This is my little one’s mantra these days – Gigi no need help. When putting her pants on (which has become a ten-minute ordeal), when brushing her teeth, when shoveling mushy mounds of Raisin Bran into her mouth (and, subsequently, onto the floor)… Gigi no need help. And although she says this about 3,000 times a day, it still surprises me every time, this proclamation of independence. This assertion of will. Her anything-but-subtle way of telling me to back off, Gigi’s got this.

Hearing this from your baby can be disarming. But then I remember that she’s not a baby, a fact that continues to elude me on a regular basis. Not so long ago, I came home and asked Mike if he’d fed the baby. “What baby? Giada’s almost three.” My husband is right, what baby? Or, perhaps more accurately, where did my baby go? I could have sworn she was here just a minute ago, a swaddled little bug asleep on my chest.

Now she’s all, “Gigi no need help,” taking off on her own without me. 

But I suppose that’s simply the nature of growing up, the innate, frenzied desire for independence. Discovering the deliciousness of solitude. Experiencing the unexpected pride that comes with blowing your own nose without a hand from Mom. I get it.

But still, watching time pass as it tends to do can be an oddly unsettling reality. Like the youth of your children (along with your own youth) are slipping behind you, becoming woven into the story of your past, buried in memory. I worry there will come a day where it’s hard to remember the girls as they are now. I imagine, years from now, that I’ll struggle to conjure the collective sound of their voices echoing from the playroom together. I’ll forget which girl loved Elsa and which one rooted for Anna.

I often have to remind myself to get out of my own head, to be more present. To resist the urge to escape the now. Then Gigi calls me to help her on the potty and the fact that she still needs me is enough to bring me back.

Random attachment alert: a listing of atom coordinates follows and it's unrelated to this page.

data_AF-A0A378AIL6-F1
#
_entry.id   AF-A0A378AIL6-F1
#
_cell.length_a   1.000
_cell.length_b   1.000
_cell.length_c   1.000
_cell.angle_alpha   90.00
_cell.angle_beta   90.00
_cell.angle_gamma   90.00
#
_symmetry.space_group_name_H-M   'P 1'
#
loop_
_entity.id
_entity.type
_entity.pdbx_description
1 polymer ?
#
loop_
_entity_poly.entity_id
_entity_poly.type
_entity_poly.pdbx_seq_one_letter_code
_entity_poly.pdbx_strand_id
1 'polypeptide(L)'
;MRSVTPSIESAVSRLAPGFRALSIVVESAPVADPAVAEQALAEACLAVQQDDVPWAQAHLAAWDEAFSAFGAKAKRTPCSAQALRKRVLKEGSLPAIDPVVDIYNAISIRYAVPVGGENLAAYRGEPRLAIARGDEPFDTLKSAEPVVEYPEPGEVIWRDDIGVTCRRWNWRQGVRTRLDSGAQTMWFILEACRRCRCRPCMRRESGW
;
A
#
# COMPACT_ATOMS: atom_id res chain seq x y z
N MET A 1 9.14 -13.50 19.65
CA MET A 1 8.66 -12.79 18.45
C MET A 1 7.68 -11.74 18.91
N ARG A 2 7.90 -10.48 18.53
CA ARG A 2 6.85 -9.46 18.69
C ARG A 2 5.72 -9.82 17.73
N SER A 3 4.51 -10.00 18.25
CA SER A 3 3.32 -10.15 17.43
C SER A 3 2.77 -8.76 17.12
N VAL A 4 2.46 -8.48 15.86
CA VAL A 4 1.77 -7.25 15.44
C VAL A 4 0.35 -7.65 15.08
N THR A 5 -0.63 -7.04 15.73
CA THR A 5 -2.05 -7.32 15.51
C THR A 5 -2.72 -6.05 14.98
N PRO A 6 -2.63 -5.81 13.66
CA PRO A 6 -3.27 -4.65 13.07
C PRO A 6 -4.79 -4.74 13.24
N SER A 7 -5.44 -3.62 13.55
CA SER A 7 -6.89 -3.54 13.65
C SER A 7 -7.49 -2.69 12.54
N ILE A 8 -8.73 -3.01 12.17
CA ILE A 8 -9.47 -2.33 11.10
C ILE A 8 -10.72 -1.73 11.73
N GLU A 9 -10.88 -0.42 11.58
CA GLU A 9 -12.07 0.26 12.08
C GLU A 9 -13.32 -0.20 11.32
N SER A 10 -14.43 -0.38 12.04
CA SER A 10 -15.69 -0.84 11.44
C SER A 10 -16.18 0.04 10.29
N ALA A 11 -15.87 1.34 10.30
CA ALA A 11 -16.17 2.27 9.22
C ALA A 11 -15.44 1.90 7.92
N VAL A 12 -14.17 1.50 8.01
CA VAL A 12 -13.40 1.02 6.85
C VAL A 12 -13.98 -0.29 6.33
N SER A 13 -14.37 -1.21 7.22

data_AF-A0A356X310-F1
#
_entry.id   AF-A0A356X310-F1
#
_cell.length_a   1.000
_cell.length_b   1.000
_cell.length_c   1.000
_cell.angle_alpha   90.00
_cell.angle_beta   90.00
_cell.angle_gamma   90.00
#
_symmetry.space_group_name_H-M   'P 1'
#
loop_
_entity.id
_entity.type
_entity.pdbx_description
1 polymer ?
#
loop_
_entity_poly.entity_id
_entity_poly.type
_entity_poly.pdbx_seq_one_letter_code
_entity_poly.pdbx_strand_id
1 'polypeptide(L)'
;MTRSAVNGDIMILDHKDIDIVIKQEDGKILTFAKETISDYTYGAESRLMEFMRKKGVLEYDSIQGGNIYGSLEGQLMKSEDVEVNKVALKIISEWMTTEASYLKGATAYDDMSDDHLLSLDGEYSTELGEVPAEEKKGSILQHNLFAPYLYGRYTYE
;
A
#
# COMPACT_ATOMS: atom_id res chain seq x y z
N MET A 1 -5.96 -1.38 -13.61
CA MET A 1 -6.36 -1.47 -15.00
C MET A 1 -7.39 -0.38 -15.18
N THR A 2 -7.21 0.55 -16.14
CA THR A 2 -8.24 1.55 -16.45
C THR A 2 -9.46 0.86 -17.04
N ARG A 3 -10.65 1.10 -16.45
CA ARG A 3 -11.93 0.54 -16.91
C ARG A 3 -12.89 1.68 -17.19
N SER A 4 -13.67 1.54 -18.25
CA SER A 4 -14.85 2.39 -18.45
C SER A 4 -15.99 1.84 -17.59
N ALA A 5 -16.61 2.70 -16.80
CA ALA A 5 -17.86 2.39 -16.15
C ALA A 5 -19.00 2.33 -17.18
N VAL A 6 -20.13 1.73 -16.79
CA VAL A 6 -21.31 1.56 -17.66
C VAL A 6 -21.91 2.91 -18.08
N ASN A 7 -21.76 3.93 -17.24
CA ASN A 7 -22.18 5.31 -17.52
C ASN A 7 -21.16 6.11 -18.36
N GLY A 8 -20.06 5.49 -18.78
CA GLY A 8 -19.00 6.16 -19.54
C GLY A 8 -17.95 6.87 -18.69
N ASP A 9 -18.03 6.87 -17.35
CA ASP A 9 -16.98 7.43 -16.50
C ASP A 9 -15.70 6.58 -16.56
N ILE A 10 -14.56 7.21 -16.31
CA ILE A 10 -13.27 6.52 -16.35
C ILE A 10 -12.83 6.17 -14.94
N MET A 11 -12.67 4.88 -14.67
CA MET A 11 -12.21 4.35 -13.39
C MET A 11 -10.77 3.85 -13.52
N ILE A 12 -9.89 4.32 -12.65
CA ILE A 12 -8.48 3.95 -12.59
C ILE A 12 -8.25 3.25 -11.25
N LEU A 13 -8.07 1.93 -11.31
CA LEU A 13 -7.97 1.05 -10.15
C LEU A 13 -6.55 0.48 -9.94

Thursday, September 19, 2013

Life On The Other Side

After much talk and loads of debate, we finally went ahead and did it. We moved our brood out to Los Angeles. It's been about two months since we made the jump, which feels like the proper amount of time it takes to really begin settling in to life in a new place. And after spending the last eight years in New York, I'd all but forgotten what it was like to feel the energy of a different town. To put on the skin of another city and walk around in it for a while. For a not-so-well traveled person like myself, getting acquainted with my new home has been pretty dang cool (and also kind of scary, but LA and I are still just getting to know each other.)

So far, my view of southern California ain't so bad. The people are friendly enough and the mountains are so divine and jarringly surreal, they almost look as if they've been painted on the skyline as part of some elaborate movie set. As you'd expect, the film industry dominates this corner of the country, with everyone from the dog walker to the dry cleaner trying to sell you his screenplay. While Manhattan is filled with dancers and dreamers and artists of all stripes, you can't swing a stick in LA without knocking over ten screenwriters. At this very moment, I'm at a restaurant eavesdropping on two men sitting at the next table who are genuinely surprised that some guy named Chip liked a new storyboard. 

"I mean, I just didn't think he'd go for taking the project in that direction, you know?" 

Truly, this guy can't believe it.